Host on Unreal Engine 4, Fortnite feels fantastic to play. Weapons and movement feel sharp, to a point where energetic players—like myself—can jump around like a jack rabbit with surprising precision, something most third-person shooters don’t achieve. Interacting with the construction tools is immediately available, allowing you to transition from combating foes to throwing up a wall or trap within just a couple button clicks, an important point to note on higher difficulties.
“Fortnite feels fantastic to play.”
On that note, the difficulty of the game veers a little too far into friendly territory for the average gamer. It can seem like the first eight or more hours are spent trying to show you the ropes, when only a couple missions would be necessary. Challenge is present later on, but many players might not be able to hold their attention until then.
Gameplay is reinforced by a solid presentation. Across all three platforms Fortnite is a polished game with a vibrant visual style. The cast of enemies and their environments are impressively detailed, with great animations and audio cues. The only weakness in this regard is the user interface, which can often be cumbersome as it doesn’t follow the logic of most sandbox titles.
Microtransactions Are at It Again
Where Fortnite makes a major misstep is in how it handles progression. You’ll spend some time between missions checking out what new weapons you have found in addition to allocating points into skill and research trees, providing respite from the intensity of missions. Yet, most of the time you’ll feel like you haven’t earned much even after playing for a few hours.
The reward loop is completely out of whack for players who don’t invest in the microtransaction market. If you don’t spend real-life money in the game, then you’re going to find that most of the stuff you find isn’t even worth the inventory space it requires. You’ll have to spent many hours investing time into finishing missions to find anything of note, and that doesn’t change no matter how high of a level you are.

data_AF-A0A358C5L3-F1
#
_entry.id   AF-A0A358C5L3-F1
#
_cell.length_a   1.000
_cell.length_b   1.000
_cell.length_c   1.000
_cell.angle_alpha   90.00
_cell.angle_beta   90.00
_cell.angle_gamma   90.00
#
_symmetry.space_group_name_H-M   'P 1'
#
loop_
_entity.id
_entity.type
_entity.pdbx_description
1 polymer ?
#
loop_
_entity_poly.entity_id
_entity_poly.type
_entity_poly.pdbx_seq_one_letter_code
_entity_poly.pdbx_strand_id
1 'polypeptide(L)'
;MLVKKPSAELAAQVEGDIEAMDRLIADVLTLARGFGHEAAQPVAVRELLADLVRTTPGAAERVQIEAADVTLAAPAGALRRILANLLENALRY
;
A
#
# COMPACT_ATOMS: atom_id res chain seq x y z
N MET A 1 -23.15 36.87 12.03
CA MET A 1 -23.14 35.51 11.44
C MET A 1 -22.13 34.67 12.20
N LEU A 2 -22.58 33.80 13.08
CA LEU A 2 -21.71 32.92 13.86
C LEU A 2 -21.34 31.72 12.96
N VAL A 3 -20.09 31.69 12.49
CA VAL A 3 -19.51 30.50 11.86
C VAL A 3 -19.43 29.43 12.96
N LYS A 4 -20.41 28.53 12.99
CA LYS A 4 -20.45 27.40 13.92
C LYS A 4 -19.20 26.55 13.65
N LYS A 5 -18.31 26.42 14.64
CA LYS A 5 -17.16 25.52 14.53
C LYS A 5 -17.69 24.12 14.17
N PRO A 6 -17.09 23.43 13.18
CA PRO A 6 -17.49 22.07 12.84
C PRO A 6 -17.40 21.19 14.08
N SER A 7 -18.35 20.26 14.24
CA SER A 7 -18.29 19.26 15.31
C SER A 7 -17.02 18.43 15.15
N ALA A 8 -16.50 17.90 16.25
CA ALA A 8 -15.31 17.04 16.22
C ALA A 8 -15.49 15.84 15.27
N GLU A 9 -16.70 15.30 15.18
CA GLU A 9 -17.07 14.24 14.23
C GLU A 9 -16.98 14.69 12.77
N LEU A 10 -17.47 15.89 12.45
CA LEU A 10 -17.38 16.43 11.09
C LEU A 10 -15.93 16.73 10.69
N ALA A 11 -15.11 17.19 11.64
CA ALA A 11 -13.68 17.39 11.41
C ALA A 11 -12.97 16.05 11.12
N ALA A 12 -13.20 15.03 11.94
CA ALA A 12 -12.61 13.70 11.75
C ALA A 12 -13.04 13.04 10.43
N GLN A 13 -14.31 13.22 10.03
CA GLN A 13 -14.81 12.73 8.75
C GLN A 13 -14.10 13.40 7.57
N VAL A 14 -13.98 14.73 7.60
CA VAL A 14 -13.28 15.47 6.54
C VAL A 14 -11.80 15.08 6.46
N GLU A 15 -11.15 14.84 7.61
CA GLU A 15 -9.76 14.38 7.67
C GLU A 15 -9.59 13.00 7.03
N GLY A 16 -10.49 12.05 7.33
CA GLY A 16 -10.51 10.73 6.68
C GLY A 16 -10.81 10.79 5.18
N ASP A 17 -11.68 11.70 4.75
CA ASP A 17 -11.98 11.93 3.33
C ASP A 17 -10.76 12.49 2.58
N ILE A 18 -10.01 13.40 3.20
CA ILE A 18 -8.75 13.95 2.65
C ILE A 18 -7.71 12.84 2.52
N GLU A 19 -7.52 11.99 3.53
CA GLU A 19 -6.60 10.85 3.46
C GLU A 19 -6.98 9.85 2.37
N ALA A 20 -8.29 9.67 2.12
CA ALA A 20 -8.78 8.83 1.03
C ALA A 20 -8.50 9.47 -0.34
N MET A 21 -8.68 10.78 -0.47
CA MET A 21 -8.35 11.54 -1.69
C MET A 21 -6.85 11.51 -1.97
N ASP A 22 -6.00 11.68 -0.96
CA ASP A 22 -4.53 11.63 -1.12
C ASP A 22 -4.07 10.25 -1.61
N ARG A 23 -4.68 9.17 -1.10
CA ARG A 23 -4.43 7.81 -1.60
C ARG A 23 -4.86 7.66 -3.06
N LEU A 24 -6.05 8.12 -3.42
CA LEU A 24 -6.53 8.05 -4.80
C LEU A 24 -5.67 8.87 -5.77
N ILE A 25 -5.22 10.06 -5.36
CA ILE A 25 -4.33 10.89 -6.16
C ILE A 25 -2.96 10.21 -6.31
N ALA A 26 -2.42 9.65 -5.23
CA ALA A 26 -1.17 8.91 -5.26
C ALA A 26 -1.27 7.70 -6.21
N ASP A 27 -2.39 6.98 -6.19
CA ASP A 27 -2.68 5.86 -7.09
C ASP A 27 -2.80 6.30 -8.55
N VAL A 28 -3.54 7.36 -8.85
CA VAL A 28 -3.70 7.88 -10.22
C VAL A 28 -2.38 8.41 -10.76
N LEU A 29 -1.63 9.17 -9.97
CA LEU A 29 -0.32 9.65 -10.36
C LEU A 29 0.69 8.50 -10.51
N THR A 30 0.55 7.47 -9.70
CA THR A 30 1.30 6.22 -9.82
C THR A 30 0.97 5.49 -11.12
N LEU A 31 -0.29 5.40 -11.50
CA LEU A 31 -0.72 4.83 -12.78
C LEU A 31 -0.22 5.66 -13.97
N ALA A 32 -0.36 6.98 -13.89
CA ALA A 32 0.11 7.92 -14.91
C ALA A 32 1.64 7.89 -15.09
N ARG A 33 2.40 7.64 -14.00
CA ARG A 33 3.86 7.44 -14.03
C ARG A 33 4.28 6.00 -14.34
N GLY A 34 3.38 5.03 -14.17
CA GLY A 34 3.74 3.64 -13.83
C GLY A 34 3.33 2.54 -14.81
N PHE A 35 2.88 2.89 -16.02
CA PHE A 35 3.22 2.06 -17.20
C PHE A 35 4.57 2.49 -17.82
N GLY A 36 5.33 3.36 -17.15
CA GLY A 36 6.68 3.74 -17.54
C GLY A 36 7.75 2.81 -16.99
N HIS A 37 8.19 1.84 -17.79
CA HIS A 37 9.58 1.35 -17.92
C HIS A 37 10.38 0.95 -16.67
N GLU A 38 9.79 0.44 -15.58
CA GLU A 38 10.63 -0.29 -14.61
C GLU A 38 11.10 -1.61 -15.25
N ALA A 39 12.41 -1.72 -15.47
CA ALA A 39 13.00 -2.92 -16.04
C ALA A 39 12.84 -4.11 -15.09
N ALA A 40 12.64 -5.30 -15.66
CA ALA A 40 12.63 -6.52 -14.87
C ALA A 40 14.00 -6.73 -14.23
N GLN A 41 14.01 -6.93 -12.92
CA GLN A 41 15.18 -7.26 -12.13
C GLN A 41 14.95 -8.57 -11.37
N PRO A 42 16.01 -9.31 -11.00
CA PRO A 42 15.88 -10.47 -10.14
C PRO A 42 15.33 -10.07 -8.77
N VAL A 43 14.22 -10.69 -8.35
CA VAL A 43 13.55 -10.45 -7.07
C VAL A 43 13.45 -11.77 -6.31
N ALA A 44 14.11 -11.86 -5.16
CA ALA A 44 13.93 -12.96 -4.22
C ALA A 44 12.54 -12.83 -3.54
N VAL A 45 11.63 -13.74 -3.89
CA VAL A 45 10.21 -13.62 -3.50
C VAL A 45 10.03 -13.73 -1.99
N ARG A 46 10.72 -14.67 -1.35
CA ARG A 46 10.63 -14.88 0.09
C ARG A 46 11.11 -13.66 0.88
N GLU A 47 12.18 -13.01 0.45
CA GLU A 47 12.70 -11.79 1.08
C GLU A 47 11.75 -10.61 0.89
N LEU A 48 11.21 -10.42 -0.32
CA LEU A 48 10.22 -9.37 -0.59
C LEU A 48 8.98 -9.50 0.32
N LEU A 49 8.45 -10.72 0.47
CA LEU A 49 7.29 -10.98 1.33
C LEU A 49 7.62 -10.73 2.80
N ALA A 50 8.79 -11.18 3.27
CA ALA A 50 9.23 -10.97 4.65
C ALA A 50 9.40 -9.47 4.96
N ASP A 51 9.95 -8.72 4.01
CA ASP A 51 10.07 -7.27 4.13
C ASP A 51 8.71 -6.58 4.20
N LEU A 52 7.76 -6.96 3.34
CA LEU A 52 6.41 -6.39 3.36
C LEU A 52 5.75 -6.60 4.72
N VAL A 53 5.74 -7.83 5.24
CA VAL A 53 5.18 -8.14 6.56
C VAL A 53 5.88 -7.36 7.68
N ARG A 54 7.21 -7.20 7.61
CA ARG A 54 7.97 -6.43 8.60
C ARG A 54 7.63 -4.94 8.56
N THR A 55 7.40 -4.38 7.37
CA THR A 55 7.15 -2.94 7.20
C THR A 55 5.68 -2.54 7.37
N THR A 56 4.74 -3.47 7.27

With this, player interest is crippled by the lack of interesting short and long-term goals. As the initial enjoyment of testing out weapons, leveling, and trying new construction patterns dissipates, what is revealed is a rather simple game that at times borders on mundane.
“The reward loop is completely out of whack for players who don’t invest in the microtransaction market.”
This is a huge surprise given that the game was in beta for many months, and currently has a minimum $40 price tag. At this point, the game is built for its free-to-play debut in 2018 where it’ll likely be worth checking out for a few hours with friends, yet charges you up-front to get started.
That’s not to say that some gamers won’t fall in love with it, though. Players who don’t rely on progression to incentivize long-term play, and find themselves playing Horde-style cooperative games for many hours may just find a gem here. And as post-launch patches arrive, it’ll provide additional reason to keep coming back for casual fun.
Fortnite‘s polished gameplay and visual charm stands out from the hordes of other zombie games that have arrived in the past few years. When it hits free-to-play in 2018 it’s going to be a compelling product for anyone who enjoys cooperative games. For now it’s held back by an invasive microtransaction model and design imperfections that keep it from being another trophy for Epic Games.
Jonathan Leack is the Executive Editor of GameRevolution. You can follow him on Twitter @JonnyBeoulve.
A PC copy of Fortnite was provided by its publisher. Fortnite is available on PC, PS4, and Xbox One.